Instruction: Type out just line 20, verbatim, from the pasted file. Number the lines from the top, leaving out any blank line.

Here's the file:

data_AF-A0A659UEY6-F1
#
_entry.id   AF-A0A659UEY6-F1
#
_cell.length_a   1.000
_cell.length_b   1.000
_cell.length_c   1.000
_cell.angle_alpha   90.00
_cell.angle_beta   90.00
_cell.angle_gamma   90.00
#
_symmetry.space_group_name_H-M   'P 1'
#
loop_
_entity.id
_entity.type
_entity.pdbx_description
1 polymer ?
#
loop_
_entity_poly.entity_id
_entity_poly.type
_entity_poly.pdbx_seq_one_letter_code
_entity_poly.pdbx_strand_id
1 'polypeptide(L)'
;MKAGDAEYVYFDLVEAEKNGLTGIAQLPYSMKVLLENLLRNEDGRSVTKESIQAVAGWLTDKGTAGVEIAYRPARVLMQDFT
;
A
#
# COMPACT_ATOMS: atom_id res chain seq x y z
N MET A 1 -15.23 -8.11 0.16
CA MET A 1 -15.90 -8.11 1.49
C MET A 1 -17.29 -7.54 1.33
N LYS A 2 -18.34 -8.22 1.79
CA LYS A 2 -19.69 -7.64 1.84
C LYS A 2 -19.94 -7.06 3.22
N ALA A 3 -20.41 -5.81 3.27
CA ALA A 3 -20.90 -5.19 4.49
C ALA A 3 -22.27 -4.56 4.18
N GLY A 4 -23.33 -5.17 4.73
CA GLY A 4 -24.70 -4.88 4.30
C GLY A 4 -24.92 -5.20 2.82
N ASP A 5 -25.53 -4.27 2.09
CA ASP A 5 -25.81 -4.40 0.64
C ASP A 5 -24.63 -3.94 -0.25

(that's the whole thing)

loop_